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A young Taiwan woman's experience of diversity on the mainland

By Xu Xiaoxuan
0 Comment(s)Print E-mail China.org.cn, July 14, 2021
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"I love the metropolitan modernity of Shanghai and miss the barbecue on the mainland," said Alfie Yang, a young woman from Taiwan.

Yang travelled to the Chinese mainland in 2005 to study a bachelor's degree in business administration at Shanghai Jiao Tong University (SJTU). After graduation, she landed a job in the Shanghai offices of Giant, one of the world's largest bike manufacturers headquartered in Taiwan. 

Alfie Yang (R) poses for a photo with a friend in front of the Oriental Pearl Tower on the Bund in Shanghai, 2017. [Photo courtesy of Alfie Yang]

Life in Shanghai

Yang relished the experience of living in Shanghai by visiting its many areas. Taking a stroll along the Bund, exploring one of China's busiest shopping streets Nanjing Road, and sampling its mix of modernity and history at the Xintiandi commercial district, all enabled her to learn more about the city. "I lived in the Xuhui district for most of my time in Shanghai. I'm as familiar with that area as I am with Taiwan, if not more.”

"Language caused some confusion at the beginning due to the different uses of some specific words and phrases between the two sides of the Strait. For example, the Chinese word 'kaishui' means boiled water on the mainland but room temperature water in Taiwan," Yang recalled. "However, it didn't take long to get used to such differences."

Yang would often miss her family back in Taiwan when she studied in SJTU, since there were no smartphones allowing convenient contact and she could only fly back to see them during the summer and winter holidays. Nonetheless, with the advancement of social media and weeklong trips back to Taiwan every three months after she started working, Yang basically felt no sense of distance with her family and friends.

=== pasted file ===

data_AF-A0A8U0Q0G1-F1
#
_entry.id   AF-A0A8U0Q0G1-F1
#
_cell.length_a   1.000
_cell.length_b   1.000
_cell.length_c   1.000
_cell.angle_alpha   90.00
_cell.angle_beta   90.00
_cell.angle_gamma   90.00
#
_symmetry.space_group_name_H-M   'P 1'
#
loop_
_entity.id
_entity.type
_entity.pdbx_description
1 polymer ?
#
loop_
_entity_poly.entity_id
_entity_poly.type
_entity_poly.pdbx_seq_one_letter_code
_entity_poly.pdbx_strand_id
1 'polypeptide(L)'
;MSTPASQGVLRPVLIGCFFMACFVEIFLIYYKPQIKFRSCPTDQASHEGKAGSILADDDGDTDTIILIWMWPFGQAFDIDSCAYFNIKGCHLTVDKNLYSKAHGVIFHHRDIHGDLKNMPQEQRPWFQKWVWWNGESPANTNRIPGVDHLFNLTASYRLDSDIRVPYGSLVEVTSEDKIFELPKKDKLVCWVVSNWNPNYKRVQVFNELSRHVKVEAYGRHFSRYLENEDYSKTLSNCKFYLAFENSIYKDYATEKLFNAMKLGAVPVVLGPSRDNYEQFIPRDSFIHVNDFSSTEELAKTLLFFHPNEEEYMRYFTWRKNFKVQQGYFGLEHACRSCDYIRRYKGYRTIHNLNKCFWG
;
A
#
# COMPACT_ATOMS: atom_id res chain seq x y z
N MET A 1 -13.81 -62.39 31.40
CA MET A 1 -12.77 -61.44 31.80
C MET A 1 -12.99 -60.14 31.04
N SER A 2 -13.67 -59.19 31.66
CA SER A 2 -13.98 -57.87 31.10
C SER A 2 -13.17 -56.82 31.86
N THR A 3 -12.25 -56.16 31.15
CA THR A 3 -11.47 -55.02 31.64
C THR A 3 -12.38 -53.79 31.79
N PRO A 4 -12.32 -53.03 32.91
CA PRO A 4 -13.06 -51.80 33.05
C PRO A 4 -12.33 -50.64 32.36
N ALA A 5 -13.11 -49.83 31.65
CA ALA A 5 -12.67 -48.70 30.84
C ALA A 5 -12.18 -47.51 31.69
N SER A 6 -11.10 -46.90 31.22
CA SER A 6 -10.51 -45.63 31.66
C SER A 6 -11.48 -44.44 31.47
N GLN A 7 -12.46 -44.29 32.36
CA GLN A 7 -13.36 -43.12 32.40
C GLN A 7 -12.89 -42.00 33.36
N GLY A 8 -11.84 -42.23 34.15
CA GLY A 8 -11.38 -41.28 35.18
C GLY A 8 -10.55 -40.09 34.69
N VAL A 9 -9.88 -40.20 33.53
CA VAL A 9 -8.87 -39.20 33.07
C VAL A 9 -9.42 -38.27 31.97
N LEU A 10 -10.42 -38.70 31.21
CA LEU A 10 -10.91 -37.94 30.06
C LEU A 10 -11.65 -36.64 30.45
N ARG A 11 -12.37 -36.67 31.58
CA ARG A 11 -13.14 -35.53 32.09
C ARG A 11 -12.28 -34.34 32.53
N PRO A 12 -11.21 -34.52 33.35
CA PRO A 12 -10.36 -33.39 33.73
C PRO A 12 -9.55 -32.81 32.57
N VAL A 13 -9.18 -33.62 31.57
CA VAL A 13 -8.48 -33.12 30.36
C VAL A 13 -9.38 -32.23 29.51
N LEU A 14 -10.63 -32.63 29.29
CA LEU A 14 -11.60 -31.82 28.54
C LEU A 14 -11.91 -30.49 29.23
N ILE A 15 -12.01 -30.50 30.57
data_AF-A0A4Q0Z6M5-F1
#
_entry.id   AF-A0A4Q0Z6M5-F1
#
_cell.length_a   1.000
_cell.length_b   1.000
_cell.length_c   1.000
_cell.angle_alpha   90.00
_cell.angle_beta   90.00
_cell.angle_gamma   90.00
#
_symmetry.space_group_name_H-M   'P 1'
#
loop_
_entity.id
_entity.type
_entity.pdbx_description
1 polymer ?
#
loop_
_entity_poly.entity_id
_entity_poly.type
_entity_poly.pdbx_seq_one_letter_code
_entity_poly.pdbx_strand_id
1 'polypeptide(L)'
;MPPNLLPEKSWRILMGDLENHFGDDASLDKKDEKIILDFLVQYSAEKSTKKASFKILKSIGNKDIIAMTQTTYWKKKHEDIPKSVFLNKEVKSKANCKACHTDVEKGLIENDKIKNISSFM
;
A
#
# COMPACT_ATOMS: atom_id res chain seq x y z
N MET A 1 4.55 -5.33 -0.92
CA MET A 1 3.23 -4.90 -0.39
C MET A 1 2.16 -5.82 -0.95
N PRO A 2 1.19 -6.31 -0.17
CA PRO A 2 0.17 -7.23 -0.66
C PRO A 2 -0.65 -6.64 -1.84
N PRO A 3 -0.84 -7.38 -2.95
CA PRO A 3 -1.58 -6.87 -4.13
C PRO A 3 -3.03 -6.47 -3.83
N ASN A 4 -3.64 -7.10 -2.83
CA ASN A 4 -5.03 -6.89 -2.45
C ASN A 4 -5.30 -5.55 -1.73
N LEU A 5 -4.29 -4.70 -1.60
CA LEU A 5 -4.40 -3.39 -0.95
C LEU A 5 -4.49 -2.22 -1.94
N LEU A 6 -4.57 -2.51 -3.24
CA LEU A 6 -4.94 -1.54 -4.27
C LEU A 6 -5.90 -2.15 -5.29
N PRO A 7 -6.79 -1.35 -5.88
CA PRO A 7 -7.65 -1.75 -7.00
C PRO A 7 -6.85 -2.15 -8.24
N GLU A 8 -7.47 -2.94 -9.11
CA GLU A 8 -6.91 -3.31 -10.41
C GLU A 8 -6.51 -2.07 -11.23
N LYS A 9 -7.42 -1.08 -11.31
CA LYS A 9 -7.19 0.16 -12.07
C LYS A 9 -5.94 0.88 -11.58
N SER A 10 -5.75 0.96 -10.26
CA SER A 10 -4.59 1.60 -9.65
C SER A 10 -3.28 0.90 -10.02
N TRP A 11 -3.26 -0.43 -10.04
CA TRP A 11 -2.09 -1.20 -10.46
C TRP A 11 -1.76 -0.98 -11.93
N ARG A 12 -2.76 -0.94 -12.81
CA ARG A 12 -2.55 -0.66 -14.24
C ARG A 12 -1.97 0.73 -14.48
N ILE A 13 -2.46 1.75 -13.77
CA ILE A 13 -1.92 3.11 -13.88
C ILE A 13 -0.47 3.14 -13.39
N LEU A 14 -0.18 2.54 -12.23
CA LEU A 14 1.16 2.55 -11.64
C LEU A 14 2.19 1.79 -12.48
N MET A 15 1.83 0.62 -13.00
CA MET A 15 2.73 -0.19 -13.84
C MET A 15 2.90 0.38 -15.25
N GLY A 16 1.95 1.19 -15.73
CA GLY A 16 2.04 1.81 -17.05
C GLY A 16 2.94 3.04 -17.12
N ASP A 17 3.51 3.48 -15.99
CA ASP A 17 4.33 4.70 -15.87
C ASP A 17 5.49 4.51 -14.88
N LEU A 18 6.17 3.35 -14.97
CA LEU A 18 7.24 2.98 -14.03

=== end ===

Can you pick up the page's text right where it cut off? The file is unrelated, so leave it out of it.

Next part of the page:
New friends also made Yang's life more comfortable and relaxed. Yang struck up friendships with a host of people both from Shanghai and other parts of the mainland. "We used to hang out, eat and have a few drinks in our free time. We also traveled around together, as I like to see and savor the hometowns of my friends after they introduced them to me."  

Alfie Yang and friends visit the Great Wall in Beijing, 2017. [Photo courtesy of Alfie Yang]

Diversity on the mainland

In addition to Shanghai, Yang visited such cities as Beijing, Qingdao in Shandong province and Xiamen in Fujian province, as well as Hong Kong and Macao. She left Shanghai in 2016 when her company posted her to Tianjin and then two years later moved to Dongguan in the southern Guangdong province. She has been working in Taiwan since last year due to the pandemic.

Despite the agreeable life and work in Taiwan where Yang can be closer to her family, working on the mainland is also enjoyable for her since she can enjoy a wide range of different cities. 

For Yang, life on the mainland was more convenient in terms of mobile payment, online shopping and traveling by subway. "I'm still trying to do without the mobile payments back in Taiwan," she said. Given the recent COVID-19 outbreak in Taiwan, she is currently working from home, which has caused some disruption to her work and daily life. 

"If there's an opportunity to go back and work on the mainland after the pandemic, I'd love to go," Yang said. "Since I enjoy living and working there."

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